In the previous example we showed how to create an Android library from scratch. Now we examine a slightly more substantial Android library that we can use to read the device's battery level.

Examine the source code that can be found in AndroidPlugin/src/com/RSG/AndroidPlugin/AndroidPlugin.java:

package com.RSG.AndroidPlugin;

import android.os.Environment;
import android.os.BatteryManager;
import android.content.Intent;
import android.content.IntentFilter;
import android.content.Context;

public class AndroidPlugin
{
    // Needed to get the battery level.
    private Context context;

    public AndroidPlugin(Context context)
    {
        this.context = context;
    }

    // Return the battery level as a float between 0 and 1
    // (1 being fully charged, 0 fulled discharged)
    public float GetBatteryPct()
    {
        Intent batteryStatus = GetBatteryStatusIntent();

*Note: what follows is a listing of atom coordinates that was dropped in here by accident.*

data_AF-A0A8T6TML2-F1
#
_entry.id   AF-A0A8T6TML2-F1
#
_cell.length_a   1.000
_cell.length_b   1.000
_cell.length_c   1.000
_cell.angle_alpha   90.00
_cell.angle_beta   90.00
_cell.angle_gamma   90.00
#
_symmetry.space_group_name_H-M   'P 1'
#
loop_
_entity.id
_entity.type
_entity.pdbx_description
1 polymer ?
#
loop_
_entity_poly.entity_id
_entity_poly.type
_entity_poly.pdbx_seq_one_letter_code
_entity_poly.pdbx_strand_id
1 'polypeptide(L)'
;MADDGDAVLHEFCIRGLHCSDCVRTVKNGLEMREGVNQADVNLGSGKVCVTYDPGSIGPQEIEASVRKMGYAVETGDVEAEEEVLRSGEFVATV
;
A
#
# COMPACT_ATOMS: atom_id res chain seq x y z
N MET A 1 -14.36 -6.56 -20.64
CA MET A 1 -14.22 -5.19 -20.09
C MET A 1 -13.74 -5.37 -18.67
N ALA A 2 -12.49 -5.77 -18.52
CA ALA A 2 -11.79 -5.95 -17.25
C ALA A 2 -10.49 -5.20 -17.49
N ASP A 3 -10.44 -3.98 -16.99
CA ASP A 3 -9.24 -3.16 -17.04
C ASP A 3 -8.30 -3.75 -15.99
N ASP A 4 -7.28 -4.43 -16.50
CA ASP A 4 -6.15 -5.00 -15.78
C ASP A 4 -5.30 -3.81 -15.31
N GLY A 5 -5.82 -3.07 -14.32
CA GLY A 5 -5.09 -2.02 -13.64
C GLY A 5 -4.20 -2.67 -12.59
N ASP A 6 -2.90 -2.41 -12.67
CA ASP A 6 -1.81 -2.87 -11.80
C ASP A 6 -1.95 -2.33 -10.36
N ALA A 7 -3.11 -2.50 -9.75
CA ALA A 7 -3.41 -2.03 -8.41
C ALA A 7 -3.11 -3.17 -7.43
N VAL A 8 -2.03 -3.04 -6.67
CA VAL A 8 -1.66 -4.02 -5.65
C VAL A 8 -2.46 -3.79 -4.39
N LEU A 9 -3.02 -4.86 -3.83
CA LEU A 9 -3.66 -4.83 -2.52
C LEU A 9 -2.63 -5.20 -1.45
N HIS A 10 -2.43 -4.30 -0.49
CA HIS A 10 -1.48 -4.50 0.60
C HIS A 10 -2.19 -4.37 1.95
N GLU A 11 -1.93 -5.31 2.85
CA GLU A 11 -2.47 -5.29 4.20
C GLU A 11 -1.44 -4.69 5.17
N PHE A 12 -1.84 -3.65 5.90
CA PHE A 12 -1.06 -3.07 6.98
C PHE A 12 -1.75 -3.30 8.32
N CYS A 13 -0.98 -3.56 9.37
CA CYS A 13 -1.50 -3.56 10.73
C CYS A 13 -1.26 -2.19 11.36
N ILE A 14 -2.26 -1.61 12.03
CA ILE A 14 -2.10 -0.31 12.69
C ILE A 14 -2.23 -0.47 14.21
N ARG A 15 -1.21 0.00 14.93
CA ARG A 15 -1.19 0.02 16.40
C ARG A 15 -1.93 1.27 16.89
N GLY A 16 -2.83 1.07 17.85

int level = batteryStatus.getIntExtra(BatteryManager.EXTRA_LEVEL, -1);
        int scale = batteryStatus.getIntExtra(BatteryManager.EXTRA_SCALE, -1);

        float batteryPct = level / (float)scale;
        return batteryPct;
    }

    // Return whether or not we're currently on charge
    public boolean IsBatteryCharging()
    {
        Intent batteryStatus = GetBatteryStatusIntent();

        int status = batteryStatus.getIntExtra(BatteryManager.EXTRA_STATUS, -1);
        return status == BatteryManager.BATTERY_STATUS_CHARGING ||